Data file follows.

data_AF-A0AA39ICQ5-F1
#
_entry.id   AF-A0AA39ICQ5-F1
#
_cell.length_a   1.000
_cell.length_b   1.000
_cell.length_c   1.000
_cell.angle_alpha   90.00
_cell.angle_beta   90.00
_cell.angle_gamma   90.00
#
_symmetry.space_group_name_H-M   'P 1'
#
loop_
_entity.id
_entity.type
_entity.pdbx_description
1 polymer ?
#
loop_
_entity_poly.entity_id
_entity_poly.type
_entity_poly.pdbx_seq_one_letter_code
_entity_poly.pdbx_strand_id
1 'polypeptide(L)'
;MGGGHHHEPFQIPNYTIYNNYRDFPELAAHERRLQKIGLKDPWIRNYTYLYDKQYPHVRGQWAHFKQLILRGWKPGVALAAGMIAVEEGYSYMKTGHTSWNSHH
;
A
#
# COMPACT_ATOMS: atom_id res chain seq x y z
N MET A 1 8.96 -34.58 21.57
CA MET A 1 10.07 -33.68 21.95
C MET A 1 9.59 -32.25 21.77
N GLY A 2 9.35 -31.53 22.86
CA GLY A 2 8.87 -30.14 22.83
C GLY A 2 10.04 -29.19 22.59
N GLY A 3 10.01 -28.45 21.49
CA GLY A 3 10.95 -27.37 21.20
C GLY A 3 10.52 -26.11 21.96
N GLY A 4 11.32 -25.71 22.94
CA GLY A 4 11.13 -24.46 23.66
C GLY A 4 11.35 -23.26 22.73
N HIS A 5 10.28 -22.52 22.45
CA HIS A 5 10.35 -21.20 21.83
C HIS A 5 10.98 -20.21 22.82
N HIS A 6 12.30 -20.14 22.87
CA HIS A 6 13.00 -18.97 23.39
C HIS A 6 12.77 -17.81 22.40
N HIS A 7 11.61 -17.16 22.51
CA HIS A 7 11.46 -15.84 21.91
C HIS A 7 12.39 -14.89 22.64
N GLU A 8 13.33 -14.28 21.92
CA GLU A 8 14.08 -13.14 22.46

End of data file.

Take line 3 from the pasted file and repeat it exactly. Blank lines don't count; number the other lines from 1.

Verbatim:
_entry.id   AF-A0AA39ICQ5-F1